A US study confirms Generation Y needs greater engagement at meetings and events.

BY BRAD FOSTER

The group that we in Australia call Generation Y are called Millennials in the United States. Also known as Generation We, the Global Generation, Generation Next, the Net Generation, and the Echo Boomers, they are born in the late 70s or early 1980s up to the early 2000s.
However you want to describe them they are becoming the fastest growing demographic for the meetings and event sector. And, they’re here to stay.
To that end, the US-based Professional Convention Management Association (PCMA) Education Foundation commissioned a study to identify key motivations and challenges in engaging with this demographic.
The study – What the Millennial Generation Prefers in Their Meetings, Conventions and Events – is based on the findings of more than 2000 respondents aged between 18 and 30 years of age. It was undertaken by a team of hospitality and human sciences experts: George Fenich, Ph.D., East Carolina University; Sheila Scott-Halsell, Ph.D., Oklahoma State University; and Godwin-Charles Ogbeide, Ph.D., University of Arkansas.
The findings reveal that face-to-face communication remains the most effective method for reaching Millennials. However, the results indicate that planners must part ways with traditional meeting formats to truly engage this demographic.
“It is imperative to discontinue programs of straight lecture or basic PowerPoint presentations to satisfy an emerging generation of attendees,” the research team says in its findings.
“If you motivate the Millennial with an inspiring and fun event, they will come.”
The report examines how Millennials define “inspiring and fun” and why they choose to attend – or stay home – from meetings and events. By dividing this demographic into further subsets based on age (18 – 20, 21 – 24, and 25 – 30), the research team offers additional insights into internal differences between younger and older Millennials’ expectations, needs and thoughts on technology.

The report found:

86 per cent of respondents indicated that career networking is one of the primary drivers for participating in meetings, events and conventions. 93 per cent of respondents want education with entertainment. 86 per cent of respondents want structured meetings and conferences. More than 50 per cent of respondents do NOT prefer LinkedIn, Twitter or blogs for communication. Less than 50 per cent of respondents like lectures.
The study reportedly supports discussions that Millennials are a computer savvy generation who appreciate technological innovation and creativity. They value engaging, structured, yet casual, intimate meeting environments.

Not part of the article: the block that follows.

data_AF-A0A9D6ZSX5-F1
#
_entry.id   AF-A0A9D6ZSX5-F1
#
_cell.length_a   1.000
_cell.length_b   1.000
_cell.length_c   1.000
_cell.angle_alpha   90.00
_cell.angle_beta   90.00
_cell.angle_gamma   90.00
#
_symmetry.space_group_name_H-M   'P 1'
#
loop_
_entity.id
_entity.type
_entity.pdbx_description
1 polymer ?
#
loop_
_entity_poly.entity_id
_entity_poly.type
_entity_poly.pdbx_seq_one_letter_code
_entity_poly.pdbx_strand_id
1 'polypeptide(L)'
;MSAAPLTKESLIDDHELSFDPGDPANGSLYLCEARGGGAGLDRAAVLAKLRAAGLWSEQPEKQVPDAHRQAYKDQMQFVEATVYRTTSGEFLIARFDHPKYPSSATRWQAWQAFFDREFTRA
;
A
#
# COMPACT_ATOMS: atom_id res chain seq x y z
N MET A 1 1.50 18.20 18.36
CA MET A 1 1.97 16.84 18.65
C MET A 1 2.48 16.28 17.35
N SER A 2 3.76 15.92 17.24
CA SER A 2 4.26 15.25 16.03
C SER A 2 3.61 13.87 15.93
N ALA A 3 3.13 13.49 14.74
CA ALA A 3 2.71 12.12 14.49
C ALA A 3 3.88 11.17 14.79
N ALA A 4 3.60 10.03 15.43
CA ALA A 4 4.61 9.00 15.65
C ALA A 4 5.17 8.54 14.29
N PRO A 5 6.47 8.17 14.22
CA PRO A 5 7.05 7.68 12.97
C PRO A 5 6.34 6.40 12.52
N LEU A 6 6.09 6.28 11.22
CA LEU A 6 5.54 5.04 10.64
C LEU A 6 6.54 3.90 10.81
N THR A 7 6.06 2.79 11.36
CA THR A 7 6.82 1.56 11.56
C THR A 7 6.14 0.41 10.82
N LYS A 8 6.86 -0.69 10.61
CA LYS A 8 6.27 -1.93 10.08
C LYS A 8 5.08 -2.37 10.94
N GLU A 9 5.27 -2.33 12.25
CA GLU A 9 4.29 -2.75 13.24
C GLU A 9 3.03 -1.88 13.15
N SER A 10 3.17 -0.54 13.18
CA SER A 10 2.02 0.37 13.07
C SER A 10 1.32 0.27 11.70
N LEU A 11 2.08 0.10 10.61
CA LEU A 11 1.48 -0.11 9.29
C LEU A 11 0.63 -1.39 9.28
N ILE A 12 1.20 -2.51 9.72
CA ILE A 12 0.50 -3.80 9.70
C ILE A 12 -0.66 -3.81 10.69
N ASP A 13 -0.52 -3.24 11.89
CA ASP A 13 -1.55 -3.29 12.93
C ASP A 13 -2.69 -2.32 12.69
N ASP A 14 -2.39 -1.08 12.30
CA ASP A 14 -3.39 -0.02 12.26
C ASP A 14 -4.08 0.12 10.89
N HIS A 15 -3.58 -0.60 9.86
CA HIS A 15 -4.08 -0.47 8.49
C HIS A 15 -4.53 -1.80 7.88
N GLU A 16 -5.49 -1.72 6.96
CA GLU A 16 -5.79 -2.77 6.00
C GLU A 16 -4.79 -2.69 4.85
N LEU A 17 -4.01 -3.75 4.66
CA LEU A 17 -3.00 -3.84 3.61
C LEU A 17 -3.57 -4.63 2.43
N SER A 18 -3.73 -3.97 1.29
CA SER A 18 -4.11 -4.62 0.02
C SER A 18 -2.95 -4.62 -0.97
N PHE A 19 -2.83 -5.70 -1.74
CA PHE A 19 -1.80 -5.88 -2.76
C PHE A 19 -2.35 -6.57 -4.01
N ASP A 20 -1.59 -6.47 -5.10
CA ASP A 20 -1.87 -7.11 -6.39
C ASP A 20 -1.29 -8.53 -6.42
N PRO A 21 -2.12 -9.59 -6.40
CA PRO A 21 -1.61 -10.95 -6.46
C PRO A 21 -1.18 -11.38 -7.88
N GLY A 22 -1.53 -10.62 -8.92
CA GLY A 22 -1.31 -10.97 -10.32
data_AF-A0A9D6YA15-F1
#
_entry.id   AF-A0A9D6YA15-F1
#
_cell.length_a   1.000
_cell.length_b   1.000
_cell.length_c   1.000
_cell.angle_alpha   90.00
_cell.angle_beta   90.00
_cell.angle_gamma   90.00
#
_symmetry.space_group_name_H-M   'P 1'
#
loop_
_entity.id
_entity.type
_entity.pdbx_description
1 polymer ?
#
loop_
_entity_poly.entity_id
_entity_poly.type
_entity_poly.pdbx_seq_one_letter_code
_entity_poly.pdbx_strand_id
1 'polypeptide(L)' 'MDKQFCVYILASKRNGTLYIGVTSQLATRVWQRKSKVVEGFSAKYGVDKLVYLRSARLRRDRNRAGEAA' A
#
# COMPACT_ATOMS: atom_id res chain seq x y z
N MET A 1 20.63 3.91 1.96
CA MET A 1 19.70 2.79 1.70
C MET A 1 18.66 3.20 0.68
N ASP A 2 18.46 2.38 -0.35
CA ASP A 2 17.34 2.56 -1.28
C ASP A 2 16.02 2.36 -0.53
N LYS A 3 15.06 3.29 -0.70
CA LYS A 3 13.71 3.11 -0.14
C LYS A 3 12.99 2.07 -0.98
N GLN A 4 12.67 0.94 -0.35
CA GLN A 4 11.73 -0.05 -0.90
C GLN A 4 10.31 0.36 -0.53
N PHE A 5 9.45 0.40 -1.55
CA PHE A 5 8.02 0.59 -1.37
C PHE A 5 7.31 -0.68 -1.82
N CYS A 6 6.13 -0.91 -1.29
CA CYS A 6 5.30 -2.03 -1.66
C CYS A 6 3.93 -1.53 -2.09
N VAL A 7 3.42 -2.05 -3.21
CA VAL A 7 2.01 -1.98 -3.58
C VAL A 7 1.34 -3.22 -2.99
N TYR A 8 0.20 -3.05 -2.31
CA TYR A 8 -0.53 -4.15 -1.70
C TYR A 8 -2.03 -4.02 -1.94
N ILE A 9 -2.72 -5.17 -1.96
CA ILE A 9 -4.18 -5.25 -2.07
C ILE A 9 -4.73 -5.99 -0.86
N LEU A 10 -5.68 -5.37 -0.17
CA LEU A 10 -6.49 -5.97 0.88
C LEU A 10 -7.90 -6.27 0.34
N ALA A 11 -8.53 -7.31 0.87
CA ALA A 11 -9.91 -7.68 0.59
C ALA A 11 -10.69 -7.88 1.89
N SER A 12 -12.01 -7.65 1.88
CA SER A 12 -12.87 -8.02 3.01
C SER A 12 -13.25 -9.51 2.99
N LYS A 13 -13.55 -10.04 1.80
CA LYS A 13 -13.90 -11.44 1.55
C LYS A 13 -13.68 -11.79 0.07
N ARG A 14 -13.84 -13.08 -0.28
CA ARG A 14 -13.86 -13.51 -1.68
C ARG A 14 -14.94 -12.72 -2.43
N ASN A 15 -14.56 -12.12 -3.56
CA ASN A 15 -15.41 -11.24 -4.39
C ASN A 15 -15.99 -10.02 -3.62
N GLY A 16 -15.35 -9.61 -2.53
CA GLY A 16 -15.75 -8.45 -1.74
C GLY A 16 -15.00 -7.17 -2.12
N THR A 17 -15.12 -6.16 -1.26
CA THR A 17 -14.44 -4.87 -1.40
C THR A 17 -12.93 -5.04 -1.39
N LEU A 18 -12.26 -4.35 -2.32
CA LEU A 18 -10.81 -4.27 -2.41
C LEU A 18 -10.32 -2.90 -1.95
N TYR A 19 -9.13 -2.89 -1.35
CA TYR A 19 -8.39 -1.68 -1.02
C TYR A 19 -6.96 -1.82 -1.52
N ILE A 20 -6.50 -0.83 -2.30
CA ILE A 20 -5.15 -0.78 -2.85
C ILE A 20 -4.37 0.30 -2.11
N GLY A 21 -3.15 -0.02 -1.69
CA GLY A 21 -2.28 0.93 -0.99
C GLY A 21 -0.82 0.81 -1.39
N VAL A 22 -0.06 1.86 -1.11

They are very impatient. Hence, they prefer meetings/events/conventions that are kept short with the integration of computer technology. Thus, the organisers of meetings/events/conventions should consider incorporating internet accessible programs or activities into their events. They should also make Wi-Fi and lounges with recharging stations available at meeting venues and use technology for interesting team-building activities. In addition to making the venues comfortable for Millennials, the value of participating in face-to-face meetings, events or conventions must be continually promoted to Millennials.
This study also showed that the organisers of meetings/events/conventions should consider planning programs that include the critical needs and interests of the Millennial. The organisers should consider what Millennials value when planning educational programs or events. The study showed that Millennials highly value education with entertainment and interactive games among many other values. As a result, meetings/events/conventions planners should strive to integrate some form of entertainment and/or interactive games into the educational programs or between the educational programs. In addition, meetings/events/conventions organisers should consider including Millennials on planning committees or actively solicit ideas from them to help plan, promote and motivate other Millennials to participate in events, educational programs or activities that are highly beneficial to them.
The study also indicated that the preferred channels of communication by the Millennial Generation include face-to-face and e-mail communication. These are the only channels of communication that attained an average of four or above on a scale of five. Consequently, meetings and events organisers should find ways to get the attention of the Millennial via face-to-face and e-mail channels of communication.
The study also showed that providing Millennials with career coaching opportunities, career networking, and job opportunities will motivate them to participate in meetings, events and/or conventions. Bearing the above in mind, meeting and event planners should strive to integrate all or some of the above professional development opportunities in their events.
It found many of the Millennials are students who are looking for jobs. Some of them are young professionals who will appreciate experiential professional/career development activities that will have an immediate impact on the enhancement of their skills. Integrating career coaching opportunities, career networking and job opportunities in meetings/events/conventions will add value to the event. The event promoters should advertise the event with the appropriate communication mix to get the attention of Millennials and make them feel the importance of the event as related to their career development and/or job opportunities. The Millennial has to be convinced as much as possible that they are losing career development and/or job opportunities among other benefits if they do not go to the event.

Visit www.pcma.org to read the complete report.

bells at killcare

Comments

comments